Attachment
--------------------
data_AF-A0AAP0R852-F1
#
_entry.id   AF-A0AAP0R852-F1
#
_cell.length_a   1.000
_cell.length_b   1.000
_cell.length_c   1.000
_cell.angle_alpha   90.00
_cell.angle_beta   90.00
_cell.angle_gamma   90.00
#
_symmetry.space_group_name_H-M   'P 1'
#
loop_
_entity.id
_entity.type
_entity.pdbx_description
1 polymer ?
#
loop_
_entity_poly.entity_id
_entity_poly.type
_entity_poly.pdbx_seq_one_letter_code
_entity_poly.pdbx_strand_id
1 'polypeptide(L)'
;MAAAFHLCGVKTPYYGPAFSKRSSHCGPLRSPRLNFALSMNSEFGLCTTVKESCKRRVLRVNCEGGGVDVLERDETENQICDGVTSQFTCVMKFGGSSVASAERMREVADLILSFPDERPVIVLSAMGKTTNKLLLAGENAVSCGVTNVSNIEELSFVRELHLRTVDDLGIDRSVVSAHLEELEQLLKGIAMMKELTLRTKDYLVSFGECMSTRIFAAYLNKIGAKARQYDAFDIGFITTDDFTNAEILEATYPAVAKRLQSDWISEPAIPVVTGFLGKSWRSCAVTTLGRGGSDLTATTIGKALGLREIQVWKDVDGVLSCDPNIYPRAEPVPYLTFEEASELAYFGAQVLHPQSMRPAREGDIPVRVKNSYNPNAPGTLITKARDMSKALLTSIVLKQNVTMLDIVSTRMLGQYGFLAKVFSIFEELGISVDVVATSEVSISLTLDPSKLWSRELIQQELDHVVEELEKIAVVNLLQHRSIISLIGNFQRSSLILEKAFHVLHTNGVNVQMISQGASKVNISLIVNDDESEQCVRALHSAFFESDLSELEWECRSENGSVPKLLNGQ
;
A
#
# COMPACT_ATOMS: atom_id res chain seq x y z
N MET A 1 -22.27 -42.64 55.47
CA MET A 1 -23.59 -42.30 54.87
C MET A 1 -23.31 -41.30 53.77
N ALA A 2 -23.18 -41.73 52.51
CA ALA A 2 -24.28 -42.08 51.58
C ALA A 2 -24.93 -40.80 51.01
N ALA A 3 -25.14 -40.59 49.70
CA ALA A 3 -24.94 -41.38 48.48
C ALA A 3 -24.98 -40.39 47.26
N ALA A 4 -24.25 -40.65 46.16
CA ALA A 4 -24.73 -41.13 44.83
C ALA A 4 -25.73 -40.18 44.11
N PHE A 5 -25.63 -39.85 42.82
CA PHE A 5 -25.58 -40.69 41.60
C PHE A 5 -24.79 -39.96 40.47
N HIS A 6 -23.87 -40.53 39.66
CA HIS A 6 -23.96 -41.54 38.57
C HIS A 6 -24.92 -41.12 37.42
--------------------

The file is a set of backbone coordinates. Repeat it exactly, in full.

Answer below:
data_AF-A0AAP0R852-F1
#
_entry.id   AF-A0AAP0R852-F1
#
_cell.length_a   1.000
_cell.length_b   1.000
_cell.length_c   1.000
_cell.angle_alpha   90.00
_cell.angle_beta   90.00
_cell.angle_gamma   90.00
#
_symmetry.space_group_name_H-M   'P 1'
#
loop_
_entity.id
_entity.type
_entity.pdbx_description
1 polymer ?
#
loop_
_entity_poly.entity_id
_entity_poly.type
_entity_poly.pdbx_seq_one_letter_code
_entity_poly.pdbx_strand_id
1 'polypeptide(L)'
;MAAAFHLCGVKTPYYGPAFSKRSSHCGPLRSPRLNFALSMNSEFGLCTTVKESCKRRVLRVNCEGGGVDVLERDETENQICDGVTSQFTCVMKFGGSSVASAERMREVADLILSFPDERPVIVLSAMGKTTNKLLLAGENAVSCGVTNVSNIEELSFVRELHLRTVDDLGIDRSVVSAHLEELEQLLKGIAMMKELTLRTKDYLVSFGECMSTRIFAAYLNKIGAKARQYDAFDIGFITTDDFTNAEILEATYPAVAKRLQSDWISEPAIPVVTGFLGKSWRSCAVTTLGRGGSDLTATTIGKALGLREIQVWKDVDGVLSCDPNIYPRAEPVPYLTFEEASELAYFGAQVLHPQSMRPAREGDIPVRVKNSYNPNAPGTLITKARDMSKALLTSIVLKQNVTMLDIVSTRMLGQYGFLAKVFSIFEELGISVDVVATSEVSISLTLDPSKLWSRELIQQELDHVVEELEKIAVVNLLQHRSIISLIGNFQRSSLILEKAFHVLHTNGVNVQMISQGASKVNISLIVNDDESEQCVRALHSAFFESDLSELEWECRSENGSVPKLLNGQ
;
A
#
# COMPACT_ATOMS: atom_id res chain seq x y z
N MET A 1 -22.27 -42.64 55.47
CA MET A 1 -23.59 -42.30 54.87
C MET A 1 -23.31 -41.30 53.77
N ALA A 2 -23.18 -41.73 52.51
CA ALA A 2 -24.28 -42.08 51.58
C ALA A 2 -24.93 -40.80 51.01
N ALA A 3 -25.14 -40.59 49.70
CA ALA A 3 -24.94 -41.38 48.48
C ALA A 3 -24.98 -40.39 47.26
N ALA A 4 -24.25 -40.65 46.16
CA ALA A 4 -24.73 -41.13 44.83
C ALA A 4 -25.73 -40.18 44.11
N PHE A 5 -25.63 -39.85 42.82
CA PHE A 5 -25.58 -40.69 41.60
C PHE A 5 -24.79 -39.96 40.47
N HIS A 6 -23.87 -40.53 39.66
CA HIS A 6 -23.96 -41.54 38.57
C HIS A 6 -24.92 -41.12 37.42